it handled nicely, like it's starting to go downhill and then somebody scoops it up and turns it around for you? Well, here's the thing, I mean, the world is gonna throw you like total curve balls, right? You're gonna have things that happen that you never pictured happening. Is that true? Have you experienced things like I never pictured somebody would get upset about that or I never pictured that could happen? Stuff happens. How you respond, though, is how you represent to your clients and your team. Because stuff happens. Now, there's stuff that's gonna happen live, right, so with customers, with people. You know, you go to hand them the product and you drop it and it falls to the floor and it's ruined, right? So that happens in restaurants all the time. The tray of food goes flying, right? And some people applaud and some people are like, oh no, and some people were like, that was mine, right? So how do you deal in that moment? We've got to be especially careful when it's live because it's an expression of how we handle things, right? So do we get mad and scream at that person like no, you shouldn't have done that, that's terrible! Do we cry and say, it's such a bad night, oh my God! Right? Do we laugh and say, oh my God, that's insane, I can't believe you did that. Right? So we've got to think about that because it'll resonate with our team and also with our clients and how are we taking this situation carefully? We always have to think about the fact that this is happening in public. There will be curve balls that happen that are not in public. That's a wonderful thing, right? You now have time to sort of figure out how do I deal with this? How am I going to approach this? How am I gonna call that client back? How am I going to call that vendor? How am I going to deal when my client shows up in 30 minutes and I'm not quite ready for them? So that allows us a little time and space. So use that time and space to think about your next best choice because the time and space is a wonderful thing. I see a lot of people trying to react quickly. Quick response is good but a quick inaccurate response is not good, okay? We want to make sure that we're going for accuracy so remember you can give yourself a little bit of time before you can respond. It's a good thing. The beauty and the detriment of email is it's so quick. Has anybody here ever sent out an email and been like, oh, I want to take that back! I need to take that back, that was not what I intended. Right? So sometimes we have to make sure that we are taking time to look at what we have, is that what I need to say, it is gonna represent me, is that gonna represent my brand the best it can be? So time is on your side when handling problems, okay? Even if there's not a lot, take the time that you have to correct and get yourself ready. Now this is something that's abundantly true. I was talking in the previous course about memories. Now, memories and customer service is about positive intentional acts, right? When problems happen they are unintentional acts, right? Things went wrong, I did not intend to get that to you late, I didn't intend for this to arrive broken, I didn't intend to say that word when I really didn't mean to say that word, right? I didn't realize it would be upsetting to ask about your mother. Oh, she died, oh my God! Right? So things happen, right? But on the flip side, how we handle it is the opportunity for things to actually go better. So using the restaurant example, again. So they sent me the wrong food, right? That on its own is an unintended act and that on its own creates a memory. They screwed it up. They sent me the wrong food. If we left it the way it was, that's the memory that's gonna go home with them. But now we have an opportunity to do an intentional act. So the intentional act will be, gosh, we are so sorry that that came out wrong and we'd like to make sure that we get you something right. So now we're gonna have a conversation, right? So it could be, did you want to wait while we make another? Would you like me to send you something quick so you have something to eat and then we'll get the other thing to you as soon as it's ready? Or do you want to start over? Is there something else you'd prefer, right? So we're gonna have a conversation so that we can ensure satisfaction is happening. And in that moment, that intended recovery is now what people are going to remember. So I did say the food was wrong, I ordered another steak, I knew it was gonna take 15 minutes, but in that 15 minutes they actually sent me this little appetizer, this tiny little thing and it was really good so I didn't have an empty plate. And then when they sent me the steak, it was perfect, it was really good and then they sent me another glass of wine. So now that's the memory that's been created. So that's a wonderful thing. So think about the problems as being an opportunity to shine because, again, your business has so many ways to make people happy. You can do all sorts of things for them so think about what it can be to do an intended act to bring them back, bring them back to you. So now I have got a five-point on really how to handle difficult situations. And the first one is diagnosing the situation, what is really happening? Now, the thing is that people come to your business with all sorts of external things happening. Sometimes their problem, they're going to make your problem and you don't know that. So we need to diagnose it. Is it really about me? Is it they showed up upset? Is there something else that's going on or is it really I'm in the wrong here and I need to make a correction for this person, I need to make a correction in this moment, right? So diagnose and try to figure out what's really happening and if you can, try to reach out to anybody else who might be there to get more information. You want to get your intelligence there. Ask questions. So this is back to open-ended questions. Make sure you understand the full scope of the issue. So do some active listening. Reframe what they're saying and then say back this is what I'm hearing you say, alright? And then ask questions open-ended. How, what, could you tell me, things like that. Then the next part is be open and creative, alright? So when asking questions, you're gonna try to hone down what would truly make them satisfied. Or what would satisfy the situation, okay? So be creative with your response. Now, this is where you might want to go, if you can, go slightly outside of the rules. So maybe you don't usually have a turn-around time of a day but maybe in this case you could try to get a turn-around time in a day, right? Maybe you will try to make miracles happen because something went wrong, right? You weren't able to deliver and now it's late or now it didn't work. So try to be creative with your solution and ensure that that solution is gonna work. So that leads us to communicate. Make sure you're communicating with your team and be communicative and specific in how they can help you out. So if you've just made a promise now, okay, I'm gonna get this to you in a day, as opposed to two days, what does your team need to do to make that happen. What room do they need to make on their schedules to help you in that goal? And then communicate also to the people around you whose problem you're trying to solve. Can we solve it this way? This is how we're gonna do it. And then the last one, follow up. We talked about this in our first class designing the customer service experience and creating a culture of customer service. But follow up is a key component of the customer service experience. So how you follow up to ensure the issue has been resolved is really key. It's one thing to say you're gonna do it but another thing to do it and complete it. And again, tie it in a bow. So we want to think about all these things. Does anybody here have any personal experience with any of these things in terms of like, yes, I always make sure I do that, or I never thought of doing that? I have, one thing I always do. Yeah. Whenever I faced a problem is like what can I do to make this better? Okay. Like, past that. Yes. Because I always just throw it back into their court. Right. And it kind of is a starting place for like, oh, like I might not be able to do that, like you said. Right. But I feel like that's a good like, what is your, how would you like to solve this? Right. And that's always been really, like always calms the situation down in my experience. Yes. Well, it's empowering, right? They have a say so that's really helpful. I find, too, that people are surprising. Sometimes you think you have to jump through hoops to make people happy and sometimes they don't require that and sometimes they don't even want that. So very often when things go wrong, people want to share, they want to vent, right, because they want to tell you what's going on. Sometimes that's enough. Sometimes they want validation. So by saying, this is what's going on and this is what's upsetting or this didn't work, right, you're able to listen and validate that you're right, that didn't work and that's absolutely not right. And then they've gotten validated and they feel better. Some people also don't want to be seen as a complainer. I've seen that a lot of times. I don't want to complain, I don't want to be big complainer, and then when we do the big correction it puts too much of a spotlight on them when truly all they wanted to do is to vent and to get validated. So I think it's important that we ask them and listen to them and it's that back and forth that's the communication in that moment that's really gonna make us understand how this is gonna work. On the flip side, this might be about clients, but it also might be about vendors. This might be about situations with your team, right? So this would be the same application. So this is about situations. So what are situations that happen with your team? Well, diagnose what happened. Is what she said true or is what he said true? Ask questions and find out. Ask questions of people who might be around. Be open or creative with your response and then communicate. This is how we're gonna move forward in this. Turns out I left out key information and there's no way you could know so you acted without having the full understanding. And then follow up. I want to make sure that we all feel good about what has just happened. I want to make sure everyone understands. What are your questions, what are your queries? Okay? This would be the same thing with vendors as well because vendors sometimes cause us challenges, cause us problems, right? So this would be the same thing for any person or vendor or employee, right, when you're trying to make things better for them. At the end of the day you're in charge so you get to decide how is this gonna play out, right? Are you gonna feel good, are you gonna feel bad? And is your team gonna feel good, are they gonna feel bad? And is your client gonna feel good or gonna feel bad? Remember, as a leader you're the one who decides all this stuff, you're the one who's gonna move it forward. I've definitely had leaders who are very, very emotional, managers who are so emotional about everything that happens and that doesn't always create the best environment for making things better. So when things go wrong, their response is you always do this, you mess it up for me, you're making me look bad, right? Eww, that's the frowny side of that little guy as opposed to oh, my God, let's see what we can do about this or this has never happened. What do you think, right? A manager who asks you what you think. Wow, I'm empowered to act and make things better. But truly as the leader, as the operator, as the owner, this is your opportunity, right? You can change the situation and you can make it work better. So this is your opportunity so you get to decide. And that's where the fun comes in.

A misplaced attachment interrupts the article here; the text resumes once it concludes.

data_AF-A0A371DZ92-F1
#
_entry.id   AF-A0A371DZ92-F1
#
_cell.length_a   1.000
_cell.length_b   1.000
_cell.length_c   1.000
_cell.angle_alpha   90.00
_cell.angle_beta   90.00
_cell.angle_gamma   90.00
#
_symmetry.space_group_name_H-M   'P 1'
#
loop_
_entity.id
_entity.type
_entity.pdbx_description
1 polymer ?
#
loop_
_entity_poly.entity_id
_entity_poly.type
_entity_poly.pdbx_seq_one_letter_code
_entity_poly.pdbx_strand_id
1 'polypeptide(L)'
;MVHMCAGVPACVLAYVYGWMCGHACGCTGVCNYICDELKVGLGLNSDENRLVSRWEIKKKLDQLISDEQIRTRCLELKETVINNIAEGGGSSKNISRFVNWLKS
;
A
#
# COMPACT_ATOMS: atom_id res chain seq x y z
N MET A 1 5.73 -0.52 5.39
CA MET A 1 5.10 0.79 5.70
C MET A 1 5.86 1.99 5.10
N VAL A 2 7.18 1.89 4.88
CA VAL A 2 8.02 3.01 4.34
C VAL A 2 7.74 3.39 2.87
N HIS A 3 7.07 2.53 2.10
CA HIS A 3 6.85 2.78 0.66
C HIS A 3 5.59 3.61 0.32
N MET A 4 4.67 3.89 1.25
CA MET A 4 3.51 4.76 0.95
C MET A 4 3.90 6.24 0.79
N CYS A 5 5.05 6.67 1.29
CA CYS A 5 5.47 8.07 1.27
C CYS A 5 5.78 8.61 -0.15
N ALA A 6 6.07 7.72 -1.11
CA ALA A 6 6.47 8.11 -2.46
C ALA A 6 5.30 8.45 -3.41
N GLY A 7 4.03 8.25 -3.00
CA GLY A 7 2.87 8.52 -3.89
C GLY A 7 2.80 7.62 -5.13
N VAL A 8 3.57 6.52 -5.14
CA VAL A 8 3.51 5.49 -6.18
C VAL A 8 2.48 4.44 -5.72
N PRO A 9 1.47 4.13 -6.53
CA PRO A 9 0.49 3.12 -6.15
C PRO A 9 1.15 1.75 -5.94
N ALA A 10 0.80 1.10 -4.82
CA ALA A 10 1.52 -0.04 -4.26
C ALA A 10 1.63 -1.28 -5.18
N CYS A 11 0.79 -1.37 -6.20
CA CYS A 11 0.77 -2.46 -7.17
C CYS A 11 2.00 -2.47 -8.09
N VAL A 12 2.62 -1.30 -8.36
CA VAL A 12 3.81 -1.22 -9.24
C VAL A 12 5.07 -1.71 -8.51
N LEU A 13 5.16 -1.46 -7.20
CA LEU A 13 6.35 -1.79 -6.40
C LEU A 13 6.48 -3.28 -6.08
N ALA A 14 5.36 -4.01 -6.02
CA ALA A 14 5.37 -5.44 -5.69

Class Description